Wednesday, November 25

Kashgar Market

I take this photograph of a man sharpening his tools at the Kashgar market. This during our trip to Central Asia in '97 and Kashgar one of the many highlights.  I learn that the oasis city first mentioned when the Chinese Han Dynasty traveled the Northern Silk Road to explore what is today the western part of the Xinjiang Uyghur Autonomous Region of China, tucked between the Tian Shan mountains and the Taklamakan desert and the driest place on Earth. Sunday's market sees the surge of humanity and 350,000 people become twice that. Vendors jam narrow, ancient streets carrying bundles of their trade often trailed by a bleating sheep, giant bull or snooty camel (Kashgar means "variegated houses").  All and everything for sale.  We see barbers shaving a row of men bald; a stand selling intestines, another organs. There are Kalashnikovs, cigarettes, used electronics, junk. A kaleidoscope of woven fabrics, rugs and heroine (supposedly) found behind doors marked with a sheep's head.  Dried fruit, motor parts, assorted nuts, tampons, batteries, anything. The buildings ready to crumble which contrasts the surrounding energy of it all. Thank goodness no automobiles though this has probably changed by now - or maybe not. There are plenty of bicycles and motor-bikes and of course donkeys and mules. Dust covers all. How blessed am I to have been here.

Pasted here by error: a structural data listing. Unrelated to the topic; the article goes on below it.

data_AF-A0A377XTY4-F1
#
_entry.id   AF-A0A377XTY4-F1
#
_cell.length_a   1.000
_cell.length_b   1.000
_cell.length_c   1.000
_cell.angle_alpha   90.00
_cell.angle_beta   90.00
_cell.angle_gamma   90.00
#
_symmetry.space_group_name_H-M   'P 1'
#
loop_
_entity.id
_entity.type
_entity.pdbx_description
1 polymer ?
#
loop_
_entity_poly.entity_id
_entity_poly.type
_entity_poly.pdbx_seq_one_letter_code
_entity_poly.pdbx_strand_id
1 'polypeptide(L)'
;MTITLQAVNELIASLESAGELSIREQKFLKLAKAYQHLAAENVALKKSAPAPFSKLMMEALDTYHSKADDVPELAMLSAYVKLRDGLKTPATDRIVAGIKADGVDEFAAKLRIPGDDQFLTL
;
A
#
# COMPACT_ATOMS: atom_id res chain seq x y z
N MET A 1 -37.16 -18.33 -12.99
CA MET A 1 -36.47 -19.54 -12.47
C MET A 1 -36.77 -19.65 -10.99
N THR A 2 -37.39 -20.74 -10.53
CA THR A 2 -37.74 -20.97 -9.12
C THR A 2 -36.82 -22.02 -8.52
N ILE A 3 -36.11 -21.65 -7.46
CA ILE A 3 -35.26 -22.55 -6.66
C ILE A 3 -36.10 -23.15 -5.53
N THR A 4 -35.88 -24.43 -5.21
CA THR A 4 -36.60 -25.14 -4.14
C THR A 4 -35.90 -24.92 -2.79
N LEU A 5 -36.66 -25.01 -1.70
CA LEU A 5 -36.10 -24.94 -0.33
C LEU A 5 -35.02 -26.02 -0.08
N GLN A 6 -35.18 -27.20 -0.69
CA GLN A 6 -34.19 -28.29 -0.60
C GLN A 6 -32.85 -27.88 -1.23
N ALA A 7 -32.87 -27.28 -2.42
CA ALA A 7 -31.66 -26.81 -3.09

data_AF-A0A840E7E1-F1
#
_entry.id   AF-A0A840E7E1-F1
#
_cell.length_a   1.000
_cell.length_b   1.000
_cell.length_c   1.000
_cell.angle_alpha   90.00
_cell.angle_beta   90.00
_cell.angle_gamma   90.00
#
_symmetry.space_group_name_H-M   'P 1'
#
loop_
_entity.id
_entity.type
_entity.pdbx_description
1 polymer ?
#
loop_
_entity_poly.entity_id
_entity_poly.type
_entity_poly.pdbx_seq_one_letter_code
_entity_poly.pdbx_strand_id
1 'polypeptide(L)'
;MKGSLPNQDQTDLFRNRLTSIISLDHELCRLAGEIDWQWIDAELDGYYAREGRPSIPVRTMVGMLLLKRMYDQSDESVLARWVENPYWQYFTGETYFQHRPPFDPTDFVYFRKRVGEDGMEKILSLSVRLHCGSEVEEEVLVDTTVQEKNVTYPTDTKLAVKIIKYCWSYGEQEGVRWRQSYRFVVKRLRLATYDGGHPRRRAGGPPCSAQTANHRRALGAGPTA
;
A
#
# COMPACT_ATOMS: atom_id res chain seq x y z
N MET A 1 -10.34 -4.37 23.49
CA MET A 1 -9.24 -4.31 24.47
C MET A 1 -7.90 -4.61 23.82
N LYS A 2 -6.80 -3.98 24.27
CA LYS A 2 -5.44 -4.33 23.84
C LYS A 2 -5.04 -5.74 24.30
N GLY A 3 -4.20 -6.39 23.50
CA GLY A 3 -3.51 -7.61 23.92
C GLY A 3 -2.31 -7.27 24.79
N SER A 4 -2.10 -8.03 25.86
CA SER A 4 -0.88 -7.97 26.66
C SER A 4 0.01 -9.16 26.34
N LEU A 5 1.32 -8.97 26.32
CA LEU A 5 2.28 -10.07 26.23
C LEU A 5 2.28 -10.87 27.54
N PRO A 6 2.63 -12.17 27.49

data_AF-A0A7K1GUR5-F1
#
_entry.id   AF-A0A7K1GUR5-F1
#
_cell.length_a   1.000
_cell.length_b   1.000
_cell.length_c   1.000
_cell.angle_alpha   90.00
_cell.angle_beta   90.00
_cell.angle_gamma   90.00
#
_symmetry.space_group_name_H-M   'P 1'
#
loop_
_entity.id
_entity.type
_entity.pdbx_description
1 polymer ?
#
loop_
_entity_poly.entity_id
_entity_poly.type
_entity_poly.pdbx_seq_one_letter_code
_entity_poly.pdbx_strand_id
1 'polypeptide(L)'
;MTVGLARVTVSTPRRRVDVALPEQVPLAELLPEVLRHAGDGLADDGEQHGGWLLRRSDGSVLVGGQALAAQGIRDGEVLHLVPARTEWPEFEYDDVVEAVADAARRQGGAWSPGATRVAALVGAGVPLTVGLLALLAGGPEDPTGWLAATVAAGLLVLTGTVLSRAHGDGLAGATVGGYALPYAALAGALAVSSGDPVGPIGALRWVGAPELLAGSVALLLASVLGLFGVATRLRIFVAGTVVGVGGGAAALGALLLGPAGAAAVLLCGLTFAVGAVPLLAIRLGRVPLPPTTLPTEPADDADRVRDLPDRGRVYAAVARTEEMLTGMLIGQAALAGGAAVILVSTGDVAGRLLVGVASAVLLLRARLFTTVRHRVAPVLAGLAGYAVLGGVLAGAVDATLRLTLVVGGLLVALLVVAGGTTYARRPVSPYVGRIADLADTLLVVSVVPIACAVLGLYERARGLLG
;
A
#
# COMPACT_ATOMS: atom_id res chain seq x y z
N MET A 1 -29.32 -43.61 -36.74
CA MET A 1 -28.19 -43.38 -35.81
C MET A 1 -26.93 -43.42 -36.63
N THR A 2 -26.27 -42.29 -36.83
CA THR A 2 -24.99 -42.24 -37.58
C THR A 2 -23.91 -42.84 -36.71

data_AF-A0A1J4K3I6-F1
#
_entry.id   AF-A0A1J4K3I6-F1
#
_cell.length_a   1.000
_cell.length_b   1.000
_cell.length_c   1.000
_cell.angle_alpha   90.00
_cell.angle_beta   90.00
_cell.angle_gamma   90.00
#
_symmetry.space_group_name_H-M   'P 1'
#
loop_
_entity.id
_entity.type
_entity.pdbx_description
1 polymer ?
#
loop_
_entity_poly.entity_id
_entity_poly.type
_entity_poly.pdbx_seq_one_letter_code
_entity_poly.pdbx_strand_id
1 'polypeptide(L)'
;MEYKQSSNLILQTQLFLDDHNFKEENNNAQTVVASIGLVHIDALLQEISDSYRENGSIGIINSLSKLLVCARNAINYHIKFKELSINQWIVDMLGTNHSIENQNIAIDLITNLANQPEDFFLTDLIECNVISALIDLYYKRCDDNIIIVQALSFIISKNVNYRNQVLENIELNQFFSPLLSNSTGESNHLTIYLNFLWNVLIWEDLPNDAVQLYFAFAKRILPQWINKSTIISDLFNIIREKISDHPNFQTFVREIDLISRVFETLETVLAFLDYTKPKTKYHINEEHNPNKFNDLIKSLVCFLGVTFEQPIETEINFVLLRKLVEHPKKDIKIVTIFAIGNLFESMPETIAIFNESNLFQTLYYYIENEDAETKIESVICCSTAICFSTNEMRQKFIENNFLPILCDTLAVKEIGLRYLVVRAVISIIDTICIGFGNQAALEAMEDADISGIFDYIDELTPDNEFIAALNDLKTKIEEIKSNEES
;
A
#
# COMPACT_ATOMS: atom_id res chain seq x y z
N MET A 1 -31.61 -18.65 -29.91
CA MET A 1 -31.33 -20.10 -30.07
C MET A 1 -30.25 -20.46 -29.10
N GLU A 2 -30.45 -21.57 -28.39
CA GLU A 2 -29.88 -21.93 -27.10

Walking to school, me: "what is the thing you value most?"
Madeleine: "Doggie. And Foxy."
Eitan: "Well, Teddie.  And then you and mum."
Me: "How about your skills? One day, they may be quite valuable."
Madeleine: "I don't have any skills."
Me: "Sure you do. How about your times tables? I imagine somebody would value that."
Eitan: "I'm doing remainders. I'll bet that is worth ten pounds."
Madeleine: "No it is not!"
Eitan: "Yes it is!"